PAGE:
Thursday,15 November, 2018
Current issue | Issue 1377, ( 18 - 24 January 2018)
Thursday,15 November, 2018
Issue 1377, ( 18 - 24 January 2018)

Ahram Weekly

Pumping new blood

Cabinet reshuffle

The media shed light on this week’s limited cabinet reshuffle that saw the advent of four new ministers of local development, culture, tourism and the public business sector.

The editorial of the daily Al-Ahram wrote that every now and then we need to change faces in order to pump new blood and achieve more. In that context, it added, came the limited government reshuffle

“Without doubt, the most important issues before the government at present are local development and tourism. Besides, the culture portfolio is one of the most challenging due to the dire need to change some of the wrong concepts that control the minds of our youth nowadays. Black terrorism makes use of these concepts to influence youth,” the edit said.

Akram Al-Qassas said the most important aspect of the reshuffle was that Sherif Ismail remained as prime minister. Ismail headed the government at the most dangerous phase during which he took some of the most painful economic decisions like the pound flotation and the redistribution of subsidies.

In his article in the daily Al-Youm Al-Sabei Al-Qassas noted the selection of two women to head the ministries of culture and tourism, in addition to four female ministers already in government. Women now occupy 20 per cent of the major ministries for the first time.

The Ministry of Culture, Al-Qassas wrote, presents one of the pillars of development and progress as it is directly related to the management of minds.

The ministry, Al-Qassas elaborated, has recently become a bureaucratic body not performing any cultural activities.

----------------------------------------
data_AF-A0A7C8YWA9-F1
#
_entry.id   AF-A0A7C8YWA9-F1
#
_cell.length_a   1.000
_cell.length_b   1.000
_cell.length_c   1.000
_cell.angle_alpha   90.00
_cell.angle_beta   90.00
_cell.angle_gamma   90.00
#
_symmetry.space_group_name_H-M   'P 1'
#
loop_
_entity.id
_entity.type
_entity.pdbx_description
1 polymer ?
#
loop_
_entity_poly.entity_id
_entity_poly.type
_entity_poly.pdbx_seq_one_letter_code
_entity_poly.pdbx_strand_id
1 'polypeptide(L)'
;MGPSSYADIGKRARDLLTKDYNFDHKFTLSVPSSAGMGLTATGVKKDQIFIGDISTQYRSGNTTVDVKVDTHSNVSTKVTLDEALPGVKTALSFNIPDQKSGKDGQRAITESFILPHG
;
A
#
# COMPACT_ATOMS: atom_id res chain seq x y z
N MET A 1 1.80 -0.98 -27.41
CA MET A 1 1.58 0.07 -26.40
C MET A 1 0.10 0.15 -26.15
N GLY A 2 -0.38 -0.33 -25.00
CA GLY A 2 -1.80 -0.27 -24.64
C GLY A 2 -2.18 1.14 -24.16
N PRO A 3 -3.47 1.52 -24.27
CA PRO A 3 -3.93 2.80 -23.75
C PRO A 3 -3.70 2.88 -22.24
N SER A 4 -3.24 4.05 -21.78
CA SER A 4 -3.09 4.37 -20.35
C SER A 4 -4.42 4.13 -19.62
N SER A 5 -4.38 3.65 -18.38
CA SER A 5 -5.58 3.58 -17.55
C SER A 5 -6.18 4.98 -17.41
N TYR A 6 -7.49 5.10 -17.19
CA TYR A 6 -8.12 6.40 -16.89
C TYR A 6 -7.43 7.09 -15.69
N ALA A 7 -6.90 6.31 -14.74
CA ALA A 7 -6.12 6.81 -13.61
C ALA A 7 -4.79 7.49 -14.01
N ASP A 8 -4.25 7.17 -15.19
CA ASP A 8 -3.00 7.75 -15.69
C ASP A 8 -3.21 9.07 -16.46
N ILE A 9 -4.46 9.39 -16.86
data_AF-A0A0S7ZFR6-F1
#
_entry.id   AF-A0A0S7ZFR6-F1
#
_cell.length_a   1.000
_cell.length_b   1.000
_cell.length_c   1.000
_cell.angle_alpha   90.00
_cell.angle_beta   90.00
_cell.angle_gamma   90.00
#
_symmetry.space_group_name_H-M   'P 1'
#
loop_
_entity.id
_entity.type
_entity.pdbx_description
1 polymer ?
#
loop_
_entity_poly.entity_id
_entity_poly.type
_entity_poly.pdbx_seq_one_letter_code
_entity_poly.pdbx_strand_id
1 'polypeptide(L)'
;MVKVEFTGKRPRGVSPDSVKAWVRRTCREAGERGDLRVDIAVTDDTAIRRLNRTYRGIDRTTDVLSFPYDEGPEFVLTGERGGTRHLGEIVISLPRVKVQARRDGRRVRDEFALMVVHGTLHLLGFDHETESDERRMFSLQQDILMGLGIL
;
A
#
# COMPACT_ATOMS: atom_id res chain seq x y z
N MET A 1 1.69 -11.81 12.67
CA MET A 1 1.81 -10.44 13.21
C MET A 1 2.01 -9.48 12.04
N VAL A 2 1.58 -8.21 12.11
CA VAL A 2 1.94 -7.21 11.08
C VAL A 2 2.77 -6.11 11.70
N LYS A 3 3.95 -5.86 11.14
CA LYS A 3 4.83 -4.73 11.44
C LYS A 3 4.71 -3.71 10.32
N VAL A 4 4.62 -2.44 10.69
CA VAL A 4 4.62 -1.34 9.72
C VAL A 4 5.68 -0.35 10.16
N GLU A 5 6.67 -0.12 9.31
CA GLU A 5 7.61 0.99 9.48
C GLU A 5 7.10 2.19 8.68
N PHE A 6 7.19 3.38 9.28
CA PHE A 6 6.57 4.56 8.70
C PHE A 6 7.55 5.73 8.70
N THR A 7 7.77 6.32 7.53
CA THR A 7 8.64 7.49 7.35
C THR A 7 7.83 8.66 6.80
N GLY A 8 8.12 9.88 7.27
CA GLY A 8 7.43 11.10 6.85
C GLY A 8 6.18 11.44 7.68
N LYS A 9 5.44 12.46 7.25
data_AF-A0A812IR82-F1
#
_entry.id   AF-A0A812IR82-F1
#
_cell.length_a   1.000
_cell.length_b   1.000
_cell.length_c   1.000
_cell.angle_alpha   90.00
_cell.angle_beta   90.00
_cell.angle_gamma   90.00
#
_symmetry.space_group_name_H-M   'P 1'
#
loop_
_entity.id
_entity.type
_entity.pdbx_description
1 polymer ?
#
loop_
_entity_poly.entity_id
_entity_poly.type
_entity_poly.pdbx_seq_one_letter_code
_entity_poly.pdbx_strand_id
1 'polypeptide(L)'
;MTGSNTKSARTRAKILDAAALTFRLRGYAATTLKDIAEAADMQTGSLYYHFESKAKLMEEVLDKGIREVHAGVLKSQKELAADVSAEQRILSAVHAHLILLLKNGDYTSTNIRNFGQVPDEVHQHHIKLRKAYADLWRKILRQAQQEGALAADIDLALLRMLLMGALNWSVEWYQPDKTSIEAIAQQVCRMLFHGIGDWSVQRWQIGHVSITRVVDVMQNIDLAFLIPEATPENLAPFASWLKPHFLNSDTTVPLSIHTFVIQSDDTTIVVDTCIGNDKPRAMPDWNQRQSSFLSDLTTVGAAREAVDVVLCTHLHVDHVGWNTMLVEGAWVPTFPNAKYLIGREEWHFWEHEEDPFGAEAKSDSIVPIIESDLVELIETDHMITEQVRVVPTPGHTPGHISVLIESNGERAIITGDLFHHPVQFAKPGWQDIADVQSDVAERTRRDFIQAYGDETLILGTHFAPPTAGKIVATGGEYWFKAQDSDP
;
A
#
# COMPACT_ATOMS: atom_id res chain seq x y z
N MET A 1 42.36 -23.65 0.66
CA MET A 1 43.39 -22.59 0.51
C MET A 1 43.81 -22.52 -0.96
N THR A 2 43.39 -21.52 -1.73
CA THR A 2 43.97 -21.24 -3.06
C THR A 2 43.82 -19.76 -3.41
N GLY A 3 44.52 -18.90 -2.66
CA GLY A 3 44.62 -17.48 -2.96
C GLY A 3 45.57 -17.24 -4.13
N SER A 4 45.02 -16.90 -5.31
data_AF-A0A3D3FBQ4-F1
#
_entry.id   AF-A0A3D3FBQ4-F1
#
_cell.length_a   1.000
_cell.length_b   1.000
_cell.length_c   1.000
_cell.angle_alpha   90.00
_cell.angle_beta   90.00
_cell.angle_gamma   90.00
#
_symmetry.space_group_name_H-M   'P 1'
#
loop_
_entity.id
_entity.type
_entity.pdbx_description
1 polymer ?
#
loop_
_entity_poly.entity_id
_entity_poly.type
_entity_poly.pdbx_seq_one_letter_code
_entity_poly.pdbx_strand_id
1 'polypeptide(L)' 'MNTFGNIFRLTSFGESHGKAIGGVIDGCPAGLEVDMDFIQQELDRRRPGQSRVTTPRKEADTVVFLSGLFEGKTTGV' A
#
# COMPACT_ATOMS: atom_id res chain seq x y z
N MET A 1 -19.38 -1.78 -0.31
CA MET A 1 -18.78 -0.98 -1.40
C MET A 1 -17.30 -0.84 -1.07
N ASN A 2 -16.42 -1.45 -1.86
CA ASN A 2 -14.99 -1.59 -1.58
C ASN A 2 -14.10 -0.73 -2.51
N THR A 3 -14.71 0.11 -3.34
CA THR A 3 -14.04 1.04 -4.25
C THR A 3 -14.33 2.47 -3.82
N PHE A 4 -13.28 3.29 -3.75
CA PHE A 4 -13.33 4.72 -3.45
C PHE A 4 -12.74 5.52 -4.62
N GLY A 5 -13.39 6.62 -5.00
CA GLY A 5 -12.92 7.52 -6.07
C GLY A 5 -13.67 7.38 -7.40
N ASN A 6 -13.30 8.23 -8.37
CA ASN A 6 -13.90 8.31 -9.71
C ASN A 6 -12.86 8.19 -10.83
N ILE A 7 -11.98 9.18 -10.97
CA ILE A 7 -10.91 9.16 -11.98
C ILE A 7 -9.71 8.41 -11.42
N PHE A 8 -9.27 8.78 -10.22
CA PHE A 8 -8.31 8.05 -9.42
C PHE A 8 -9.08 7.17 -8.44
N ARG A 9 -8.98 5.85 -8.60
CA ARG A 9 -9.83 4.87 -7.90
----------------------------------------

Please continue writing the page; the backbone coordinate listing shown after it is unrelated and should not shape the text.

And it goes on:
“The selection of Inas Abdel- Dayyem is a step because she proved during her management of the Opera House her efficiency and established good relations with men of culture,” he wrote.

She is likely to grant freedom and support various cultural fields including cinema and pull culture out of its present state of stagnation, he added.

The Ministry of Tourism is probably suffering from the absence of a vision in a country where tourism should be a far better source of income than the present situation, Al-Qassas concluded.

Former president Gamal Abdel-Nasser was remembered this week on the centenary of his birth.

Amr Shobki questioned why we celebrate Nasser’s centenary. He wrote that we remember his principles and beliefs that he defended. 

“He is like any other leader. He presented to the world a political and intellectual project and entered various battles. He won some of them like that of the 1956 war and lost others like 1967,” Shobki wrote in the daily Al-Masry Al-Youm.

He noted that Nasser’s principles were genuine. He did not deny Sudan the right to independence from Egypt at a time when he was struggling to free his country and other Third World states from occupation.

He did not impose unity on Syria by force because he believed that unity is a popular choice, Shobki added. Thus, he accepted a coup against unity in order to avoid a battle between Egypt and Syria.

“He was the first to define revolution as the science of changing society.”



By Anwar, Al-Masry Al-Youm

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